SheerWind-INVELOX-Demo3“We are very pleased to be the pioneer in this innovative pilot project in the GCC, especially as the project will contribute measurably to environmental conservation,” said DUBAL’s Tayeb Al Awadhi. “As a responsible corporate citizen, we are committed to sustainable principles. Moreover, the project is closely aligned with our corporate emphasis on continuous improvement through innovation.”

According to Sheerwind, its INVELOX technology offers high-performance, cost-efficient wind energy. When compared to average wind turbine technology:

  • Produces 600% more electrical energy (kWh)
  • Operates at wind speeds as low as 1 mile per hour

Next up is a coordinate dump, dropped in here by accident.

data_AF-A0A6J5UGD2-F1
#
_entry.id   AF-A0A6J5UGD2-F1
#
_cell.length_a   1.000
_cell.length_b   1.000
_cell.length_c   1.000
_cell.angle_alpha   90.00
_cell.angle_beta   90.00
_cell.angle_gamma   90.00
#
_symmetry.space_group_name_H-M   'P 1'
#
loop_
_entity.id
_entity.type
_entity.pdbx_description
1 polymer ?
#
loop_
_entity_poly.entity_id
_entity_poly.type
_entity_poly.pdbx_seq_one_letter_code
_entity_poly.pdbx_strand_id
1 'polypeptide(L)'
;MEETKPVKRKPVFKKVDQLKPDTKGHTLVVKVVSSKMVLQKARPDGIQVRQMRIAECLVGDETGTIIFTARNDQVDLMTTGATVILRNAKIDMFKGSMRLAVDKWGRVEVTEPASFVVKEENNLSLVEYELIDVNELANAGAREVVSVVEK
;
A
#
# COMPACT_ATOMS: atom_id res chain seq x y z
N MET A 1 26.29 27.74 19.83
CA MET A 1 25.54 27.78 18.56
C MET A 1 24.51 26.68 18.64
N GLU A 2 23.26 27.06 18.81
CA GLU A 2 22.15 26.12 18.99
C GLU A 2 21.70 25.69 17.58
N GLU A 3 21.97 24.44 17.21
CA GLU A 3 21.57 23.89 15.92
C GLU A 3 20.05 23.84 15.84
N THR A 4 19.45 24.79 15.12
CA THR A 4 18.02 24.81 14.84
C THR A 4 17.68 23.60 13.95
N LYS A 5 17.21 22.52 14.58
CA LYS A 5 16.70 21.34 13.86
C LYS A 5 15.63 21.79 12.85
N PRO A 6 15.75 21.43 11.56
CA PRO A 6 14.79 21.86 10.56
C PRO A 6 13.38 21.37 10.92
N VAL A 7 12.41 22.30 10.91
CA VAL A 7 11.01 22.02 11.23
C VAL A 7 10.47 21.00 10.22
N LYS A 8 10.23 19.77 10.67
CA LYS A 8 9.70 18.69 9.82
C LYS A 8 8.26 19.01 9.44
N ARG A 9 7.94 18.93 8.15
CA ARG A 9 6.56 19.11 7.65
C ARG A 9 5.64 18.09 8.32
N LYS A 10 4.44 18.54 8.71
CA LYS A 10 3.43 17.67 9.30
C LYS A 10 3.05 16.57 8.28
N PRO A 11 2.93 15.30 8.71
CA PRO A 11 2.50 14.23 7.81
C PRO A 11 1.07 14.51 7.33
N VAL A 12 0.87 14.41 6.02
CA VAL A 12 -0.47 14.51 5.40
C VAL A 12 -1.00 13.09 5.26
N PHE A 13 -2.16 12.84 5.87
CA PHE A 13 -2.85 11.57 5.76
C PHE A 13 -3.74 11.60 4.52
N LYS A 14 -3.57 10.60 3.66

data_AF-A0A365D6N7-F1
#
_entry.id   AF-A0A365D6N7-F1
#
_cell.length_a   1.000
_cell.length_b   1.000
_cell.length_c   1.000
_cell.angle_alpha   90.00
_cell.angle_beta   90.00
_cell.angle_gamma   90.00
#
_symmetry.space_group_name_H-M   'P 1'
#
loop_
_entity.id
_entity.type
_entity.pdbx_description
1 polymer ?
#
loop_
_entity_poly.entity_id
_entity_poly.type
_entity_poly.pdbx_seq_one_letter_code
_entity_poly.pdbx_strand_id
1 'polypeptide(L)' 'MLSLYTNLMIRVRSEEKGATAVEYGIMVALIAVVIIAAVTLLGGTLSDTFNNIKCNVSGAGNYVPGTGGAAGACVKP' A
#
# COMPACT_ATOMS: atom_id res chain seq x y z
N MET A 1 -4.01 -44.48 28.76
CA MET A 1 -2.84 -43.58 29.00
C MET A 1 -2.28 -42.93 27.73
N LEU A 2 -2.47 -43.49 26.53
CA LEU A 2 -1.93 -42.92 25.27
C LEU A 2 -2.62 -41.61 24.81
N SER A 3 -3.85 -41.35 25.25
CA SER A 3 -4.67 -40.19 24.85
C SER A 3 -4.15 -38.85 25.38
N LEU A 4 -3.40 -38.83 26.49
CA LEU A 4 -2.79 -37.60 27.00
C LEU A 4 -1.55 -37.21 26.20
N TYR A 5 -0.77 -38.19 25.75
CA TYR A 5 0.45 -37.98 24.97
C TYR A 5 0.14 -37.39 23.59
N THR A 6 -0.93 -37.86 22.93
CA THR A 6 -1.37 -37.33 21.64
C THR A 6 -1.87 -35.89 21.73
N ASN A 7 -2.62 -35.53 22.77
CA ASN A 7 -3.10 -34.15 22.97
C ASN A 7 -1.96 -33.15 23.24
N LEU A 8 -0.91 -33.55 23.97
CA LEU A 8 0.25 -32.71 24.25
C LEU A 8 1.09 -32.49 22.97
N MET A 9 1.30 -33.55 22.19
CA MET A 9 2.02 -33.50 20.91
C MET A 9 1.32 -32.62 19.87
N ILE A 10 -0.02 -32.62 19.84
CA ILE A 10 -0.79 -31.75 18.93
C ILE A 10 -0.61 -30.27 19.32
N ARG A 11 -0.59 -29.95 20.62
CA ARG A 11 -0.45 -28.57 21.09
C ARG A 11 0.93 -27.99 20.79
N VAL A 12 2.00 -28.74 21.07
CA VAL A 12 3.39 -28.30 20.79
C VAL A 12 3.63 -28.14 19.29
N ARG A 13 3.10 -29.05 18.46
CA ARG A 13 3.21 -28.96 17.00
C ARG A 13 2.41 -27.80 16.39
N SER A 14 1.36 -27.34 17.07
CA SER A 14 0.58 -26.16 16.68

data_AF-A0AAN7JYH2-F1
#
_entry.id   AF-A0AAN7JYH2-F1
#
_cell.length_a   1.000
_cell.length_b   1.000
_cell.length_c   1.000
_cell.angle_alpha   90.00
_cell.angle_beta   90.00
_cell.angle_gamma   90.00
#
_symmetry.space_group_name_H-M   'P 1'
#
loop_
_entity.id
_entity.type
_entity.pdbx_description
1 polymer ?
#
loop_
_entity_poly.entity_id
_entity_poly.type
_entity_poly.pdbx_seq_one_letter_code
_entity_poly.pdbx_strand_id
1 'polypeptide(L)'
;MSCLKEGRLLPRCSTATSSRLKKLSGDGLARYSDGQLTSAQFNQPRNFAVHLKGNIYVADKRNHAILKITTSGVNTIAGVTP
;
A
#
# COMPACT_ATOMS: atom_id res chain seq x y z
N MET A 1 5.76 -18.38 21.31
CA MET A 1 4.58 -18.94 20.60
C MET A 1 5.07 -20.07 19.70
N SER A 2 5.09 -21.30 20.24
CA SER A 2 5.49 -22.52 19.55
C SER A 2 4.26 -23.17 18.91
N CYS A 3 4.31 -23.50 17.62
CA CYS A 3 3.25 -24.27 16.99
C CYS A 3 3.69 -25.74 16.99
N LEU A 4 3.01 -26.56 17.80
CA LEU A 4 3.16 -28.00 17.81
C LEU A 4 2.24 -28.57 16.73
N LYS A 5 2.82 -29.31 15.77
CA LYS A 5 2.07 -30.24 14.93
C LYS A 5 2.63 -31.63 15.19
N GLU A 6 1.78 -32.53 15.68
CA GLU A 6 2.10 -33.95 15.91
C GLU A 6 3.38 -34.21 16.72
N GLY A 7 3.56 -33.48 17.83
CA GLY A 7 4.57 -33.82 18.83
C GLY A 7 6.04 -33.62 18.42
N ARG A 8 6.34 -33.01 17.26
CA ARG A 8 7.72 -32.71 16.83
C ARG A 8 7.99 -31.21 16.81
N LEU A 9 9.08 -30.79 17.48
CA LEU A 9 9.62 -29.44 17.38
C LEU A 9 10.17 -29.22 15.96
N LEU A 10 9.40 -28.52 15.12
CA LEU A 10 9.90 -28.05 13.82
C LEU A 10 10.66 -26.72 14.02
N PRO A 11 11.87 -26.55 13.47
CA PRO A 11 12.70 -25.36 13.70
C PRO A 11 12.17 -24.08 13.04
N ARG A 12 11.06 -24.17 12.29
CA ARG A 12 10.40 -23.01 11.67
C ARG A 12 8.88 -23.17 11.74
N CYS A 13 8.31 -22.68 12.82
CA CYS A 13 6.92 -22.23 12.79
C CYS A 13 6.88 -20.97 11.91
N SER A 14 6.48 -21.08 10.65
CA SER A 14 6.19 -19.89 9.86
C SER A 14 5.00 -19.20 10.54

• Reduces installation capital cost to less that $750 per KW
  • 90% less land use than traditional wind power generation utilities
  • Increases energy production capacity to record high of 72%
  • No harm to humans, animals, or flying creatures

Steve Hill, COO of SheerWind, added, “This installation is very exciting for SheerWind. We see this as the beginning of a great partnership with a company that is committed to reducing its carbon footprint and finding ways to make a difference globally. This partnership will assist in SheerWind’s mission to provide affordable, clean, electrical energy to anyone—anywhere.”

Hemp Facilities Secured by Wind & Solar Energy

The Industrial Hemp and Medical Marijuana Consulting Company (IHMMCC) has acquired an interest in alternative energy company Liberated Energy. Per the agreement, IHMMCC, a subsidiary of Hemp Inc., will provide consulting services to help Liberated Energy market and distribute their products.